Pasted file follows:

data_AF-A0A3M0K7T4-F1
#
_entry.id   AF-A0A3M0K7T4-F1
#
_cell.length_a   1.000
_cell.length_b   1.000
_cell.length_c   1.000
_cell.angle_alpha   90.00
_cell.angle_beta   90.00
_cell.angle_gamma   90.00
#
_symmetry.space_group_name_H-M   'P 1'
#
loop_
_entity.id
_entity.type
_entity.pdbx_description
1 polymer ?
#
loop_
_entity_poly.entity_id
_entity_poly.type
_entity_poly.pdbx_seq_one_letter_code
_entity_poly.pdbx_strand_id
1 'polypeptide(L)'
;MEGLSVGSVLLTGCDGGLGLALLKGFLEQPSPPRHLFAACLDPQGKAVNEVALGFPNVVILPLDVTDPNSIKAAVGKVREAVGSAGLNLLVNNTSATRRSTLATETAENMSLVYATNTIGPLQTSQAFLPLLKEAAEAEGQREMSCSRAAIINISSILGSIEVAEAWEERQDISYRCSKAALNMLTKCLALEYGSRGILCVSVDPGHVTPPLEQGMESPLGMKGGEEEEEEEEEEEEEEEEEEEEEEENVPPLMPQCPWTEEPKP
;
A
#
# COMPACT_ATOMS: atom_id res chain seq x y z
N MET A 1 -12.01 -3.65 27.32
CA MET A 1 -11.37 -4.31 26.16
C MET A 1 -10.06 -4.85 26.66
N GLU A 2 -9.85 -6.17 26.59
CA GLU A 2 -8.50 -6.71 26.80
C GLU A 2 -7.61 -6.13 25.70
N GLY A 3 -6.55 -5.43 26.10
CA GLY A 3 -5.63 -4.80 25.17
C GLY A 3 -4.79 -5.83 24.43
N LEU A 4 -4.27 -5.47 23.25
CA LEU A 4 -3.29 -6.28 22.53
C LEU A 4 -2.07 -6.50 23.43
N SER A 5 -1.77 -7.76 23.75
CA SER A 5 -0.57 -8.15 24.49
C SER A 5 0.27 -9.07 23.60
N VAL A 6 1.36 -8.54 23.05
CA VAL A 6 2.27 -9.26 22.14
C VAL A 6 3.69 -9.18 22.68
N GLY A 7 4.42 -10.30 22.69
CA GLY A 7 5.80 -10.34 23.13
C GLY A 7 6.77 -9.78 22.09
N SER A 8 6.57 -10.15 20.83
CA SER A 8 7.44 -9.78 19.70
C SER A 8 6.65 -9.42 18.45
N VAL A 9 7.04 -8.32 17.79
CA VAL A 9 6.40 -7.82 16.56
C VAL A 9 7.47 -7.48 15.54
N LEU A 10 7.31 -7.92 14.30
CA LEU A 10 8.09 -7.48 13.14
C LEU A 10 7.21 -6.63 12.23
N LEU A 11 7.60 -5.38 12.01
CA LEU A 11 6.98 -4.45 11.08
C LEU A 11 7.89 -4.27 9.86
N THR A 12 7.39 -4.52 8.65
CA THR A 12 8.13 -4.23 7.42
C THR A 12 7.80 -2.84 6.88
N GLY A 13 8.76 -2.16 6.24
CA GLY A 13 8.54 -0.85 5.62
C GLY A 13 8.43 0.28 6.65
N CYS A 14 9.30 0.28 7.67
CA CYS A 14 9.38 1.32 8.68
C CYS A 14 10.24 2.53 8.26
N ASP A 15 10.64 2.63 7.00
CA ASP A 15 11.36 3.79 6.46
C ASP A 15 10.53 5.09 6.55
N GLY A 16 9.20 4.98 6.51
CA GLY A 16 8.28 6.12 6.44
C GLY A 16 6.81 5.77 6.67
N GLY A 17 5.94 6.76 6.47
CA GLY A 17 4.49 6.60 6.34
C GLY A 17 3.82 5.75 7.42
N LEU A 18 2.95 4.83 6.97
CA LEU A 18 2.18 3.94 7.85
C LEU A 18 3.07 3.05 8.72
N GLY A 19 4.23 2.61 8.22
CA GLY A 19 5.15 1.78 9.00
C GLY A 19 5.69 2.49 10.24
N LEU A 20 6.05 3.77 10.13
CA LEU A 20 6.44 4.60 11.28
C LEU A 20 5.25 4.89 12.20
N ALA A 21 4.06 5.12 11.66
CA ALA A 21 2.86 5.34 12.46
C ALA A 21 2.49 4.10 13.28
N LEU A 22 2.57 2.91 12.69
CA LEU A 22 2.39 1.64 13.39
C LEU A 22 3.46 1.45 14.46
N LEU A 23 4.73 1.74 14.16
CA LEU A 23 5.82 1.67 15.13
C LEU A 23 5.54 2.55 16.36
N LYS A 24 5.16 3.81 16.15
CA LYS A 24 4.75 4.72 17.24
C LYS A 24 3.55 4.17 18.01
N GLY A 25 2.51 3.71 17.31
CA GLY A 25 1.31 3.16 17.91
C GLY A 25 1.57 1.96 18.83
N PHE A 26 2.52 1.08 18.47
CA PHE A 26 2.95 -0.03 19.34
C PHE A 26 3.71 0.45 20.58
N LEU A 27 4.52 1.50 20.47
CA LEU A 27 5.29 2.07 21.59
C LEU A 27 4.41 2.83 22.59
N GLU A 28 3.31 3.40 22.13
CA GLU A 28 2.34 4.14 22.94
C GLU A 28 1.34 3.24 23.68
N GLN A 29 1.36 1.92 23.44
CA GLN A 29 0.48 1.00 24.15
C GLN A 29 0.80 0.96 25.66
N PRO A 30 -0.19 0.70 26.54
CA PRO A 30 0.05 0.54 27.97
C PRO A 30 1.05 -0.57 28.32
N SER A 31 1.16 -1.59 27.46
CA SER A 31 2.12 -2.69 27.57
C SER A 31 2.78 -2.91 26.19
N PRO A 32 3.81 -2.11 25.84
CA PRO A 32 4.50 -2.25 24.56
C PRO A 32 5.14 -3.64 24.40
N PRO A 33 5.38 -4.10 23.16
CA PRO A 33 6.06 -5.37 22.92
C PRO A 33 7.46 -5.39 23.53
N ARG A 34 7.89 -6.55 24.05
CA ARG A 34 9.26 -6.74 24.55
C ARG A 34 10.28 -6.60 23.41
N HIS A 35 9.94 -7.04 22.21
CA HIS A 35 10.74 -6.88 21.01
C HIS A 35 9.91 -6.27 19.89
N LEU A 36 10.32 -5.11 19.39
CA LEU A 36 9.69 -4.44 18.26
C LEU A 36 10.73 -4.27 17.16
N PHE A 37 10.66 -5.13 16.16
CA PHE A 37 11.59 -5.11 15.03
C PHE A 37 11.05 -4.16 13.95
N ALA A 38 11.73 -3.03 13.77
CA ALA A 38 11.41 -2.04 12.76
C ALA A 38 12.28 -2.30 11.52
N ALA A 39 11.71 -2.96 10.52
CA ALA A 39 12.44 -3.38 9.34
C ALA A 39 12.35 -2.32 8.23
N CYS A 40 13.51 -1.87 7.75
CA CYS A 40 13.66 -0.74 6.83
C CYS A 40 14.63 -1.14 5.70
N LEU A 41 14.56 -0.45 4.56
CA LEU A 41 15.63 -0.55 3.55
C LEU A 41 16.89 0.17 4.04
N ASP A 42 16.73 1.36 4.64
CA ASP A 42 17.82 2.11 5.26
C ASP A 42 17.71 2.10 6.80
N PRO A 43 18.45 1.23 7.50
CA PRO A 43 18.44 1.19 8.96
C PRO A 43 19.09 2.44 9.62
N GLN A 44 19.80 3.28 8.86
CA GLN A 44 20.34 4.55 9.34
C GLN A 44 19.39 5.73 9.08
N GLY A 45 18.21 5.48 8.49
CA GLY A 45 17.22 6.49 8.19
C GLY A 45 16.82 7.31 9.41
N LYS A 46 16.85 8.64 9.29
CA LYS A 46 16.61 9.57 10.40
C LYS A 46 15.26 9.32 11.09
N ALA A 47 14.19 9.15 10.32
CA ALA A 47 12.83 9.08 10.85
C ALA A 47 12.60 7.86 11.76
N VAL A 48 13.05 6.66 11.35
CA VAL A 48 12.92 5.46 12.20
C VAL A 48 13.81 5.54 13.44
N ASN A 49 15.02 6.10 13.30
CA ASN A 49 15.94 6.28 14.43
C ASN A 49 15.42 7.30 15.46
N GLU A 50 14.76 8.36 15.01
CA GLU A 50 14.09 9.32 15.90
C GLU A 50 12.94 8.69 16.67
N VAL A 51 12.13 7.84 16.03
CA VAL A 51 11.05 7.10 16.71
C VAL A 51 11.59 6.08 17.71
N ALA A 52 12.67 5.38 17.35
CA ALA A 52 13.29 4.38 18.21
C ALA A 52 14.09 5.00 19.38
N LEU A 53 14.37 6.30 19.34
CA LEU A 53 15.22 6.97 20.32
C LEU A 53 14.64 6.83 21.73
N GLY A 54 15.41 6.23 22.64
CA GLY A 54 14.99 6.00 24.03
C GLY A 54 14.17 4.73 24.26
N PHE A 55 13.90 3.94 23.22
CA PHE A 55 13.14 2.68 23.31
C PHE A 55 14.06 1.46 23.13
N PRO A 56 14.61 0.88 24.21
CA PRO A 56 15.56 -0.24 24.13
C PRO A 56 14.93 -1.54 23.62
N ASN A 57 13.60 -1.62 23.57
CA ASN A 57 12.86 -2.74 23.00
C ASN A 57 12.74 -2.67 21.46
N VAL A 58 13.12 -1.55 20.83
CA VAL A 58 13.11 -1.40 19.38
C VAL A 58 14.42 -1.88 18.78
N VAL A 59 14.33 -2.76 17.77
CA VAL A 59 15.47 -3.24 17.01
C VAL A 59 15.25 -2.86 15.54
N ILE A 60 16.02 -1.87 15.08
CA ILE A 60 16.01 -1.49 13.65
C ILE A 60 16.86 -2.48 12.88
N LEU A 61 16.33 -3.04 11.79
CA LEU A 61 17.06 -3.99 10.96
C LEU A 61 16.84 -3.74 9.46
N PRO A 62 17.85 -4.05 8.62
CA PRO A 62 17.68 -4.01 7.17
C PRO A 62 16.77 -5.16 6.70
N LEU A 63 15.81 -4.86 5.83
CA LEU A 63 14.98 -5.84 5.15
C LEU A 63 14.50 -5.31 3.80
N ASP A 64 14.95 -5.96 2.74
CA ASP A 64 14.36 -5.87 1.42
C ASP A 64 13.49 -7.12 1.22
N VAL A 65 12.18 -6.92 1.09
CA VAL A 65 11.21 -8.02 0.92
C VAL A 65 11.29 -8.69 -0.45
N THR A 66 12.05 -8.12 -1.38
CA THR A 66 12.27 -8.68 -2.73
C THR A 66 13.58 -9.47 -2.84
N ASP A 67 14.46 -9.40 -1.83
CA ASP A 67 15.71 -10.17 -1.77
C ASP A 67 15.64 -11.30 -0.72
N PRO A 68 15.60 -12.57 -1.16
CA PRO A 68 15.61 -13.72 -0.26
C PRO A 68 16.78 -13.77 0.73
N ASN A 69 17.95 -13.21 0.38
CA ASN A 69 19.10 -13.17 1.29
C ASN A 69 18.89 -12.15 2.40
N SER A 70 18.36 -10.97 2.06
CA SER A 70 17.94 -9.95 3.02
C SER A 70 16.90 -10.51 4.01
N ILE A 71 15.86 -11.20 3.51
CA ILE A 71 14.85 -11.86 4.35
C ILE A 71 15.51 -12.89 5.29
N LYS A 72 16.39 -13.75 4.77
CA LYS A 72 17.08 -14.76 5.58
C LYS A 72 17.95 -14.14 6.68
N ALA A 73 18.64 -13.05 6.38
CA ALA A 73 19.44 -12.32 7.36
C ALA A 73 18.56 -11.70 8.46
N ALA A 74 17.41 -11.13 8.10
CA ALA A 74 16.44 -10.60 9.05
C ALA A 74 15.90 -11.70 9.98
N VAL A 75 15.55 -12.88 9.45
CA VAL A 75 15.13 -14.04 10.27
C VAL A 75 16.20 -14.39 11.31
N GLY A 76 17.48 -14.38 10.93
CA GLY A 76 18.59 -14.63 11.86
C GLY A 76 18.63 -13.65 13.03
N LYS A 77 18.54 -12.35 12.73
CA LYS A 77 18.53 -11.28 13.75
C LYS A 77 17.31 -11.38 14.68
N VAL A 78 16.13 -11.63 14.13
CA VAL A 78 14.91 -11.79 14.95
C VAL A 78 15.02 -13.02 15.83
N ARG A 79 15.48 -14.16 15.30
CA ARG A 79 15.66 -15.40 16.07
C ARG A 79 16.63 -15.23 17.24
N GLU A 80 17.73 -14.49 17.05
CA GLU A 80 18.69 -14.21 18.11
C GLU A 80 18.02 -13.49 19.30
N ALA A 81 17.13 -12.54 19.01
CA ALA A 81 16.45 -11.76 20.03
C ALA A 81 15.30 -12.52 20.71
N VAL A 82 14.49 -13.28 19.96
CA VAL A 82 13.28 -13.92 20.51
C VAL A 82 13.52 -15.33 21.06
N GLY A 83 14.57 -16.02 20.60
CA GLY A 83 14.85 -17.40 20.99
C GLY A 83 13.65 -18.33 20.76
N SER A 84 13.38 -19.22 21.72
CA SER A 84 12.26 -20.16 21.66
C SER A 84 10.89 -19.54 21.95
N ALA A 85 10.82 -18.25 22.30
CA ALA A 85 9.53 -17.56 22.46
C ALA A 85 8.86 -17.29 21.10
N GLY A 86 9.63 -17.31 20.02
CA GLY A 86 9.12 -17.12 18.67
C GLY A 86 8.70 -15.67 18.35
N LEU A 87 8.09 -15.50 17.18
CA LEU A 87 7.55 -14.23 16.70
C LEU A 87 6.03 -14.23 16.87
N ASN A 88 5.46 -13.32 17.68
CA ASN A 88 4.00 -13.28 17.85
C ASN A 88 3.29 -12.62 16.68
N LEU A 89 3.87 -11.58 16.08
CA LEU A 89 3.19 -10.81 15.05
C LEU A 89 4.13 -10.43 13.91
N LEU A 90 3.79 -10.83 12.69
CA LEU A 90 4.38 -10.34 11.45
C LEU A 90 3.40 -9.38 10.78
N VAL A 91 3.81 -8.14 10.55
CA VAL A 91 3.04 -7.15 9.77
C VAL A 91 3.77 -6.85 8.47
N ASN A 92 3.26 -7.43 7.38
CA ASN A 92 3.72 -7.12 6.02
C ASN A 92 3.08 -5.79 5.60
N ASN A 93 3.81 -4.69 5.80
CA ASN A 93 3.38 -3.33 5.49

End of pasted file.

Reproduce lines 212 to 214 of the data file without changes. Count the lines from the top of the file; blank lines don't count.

CA LEU A 61 17.06 -3.99 10.96
C LEU A 61 16.84 -3.74 9.46
N PRO A 62 17.85 -4.05 8.62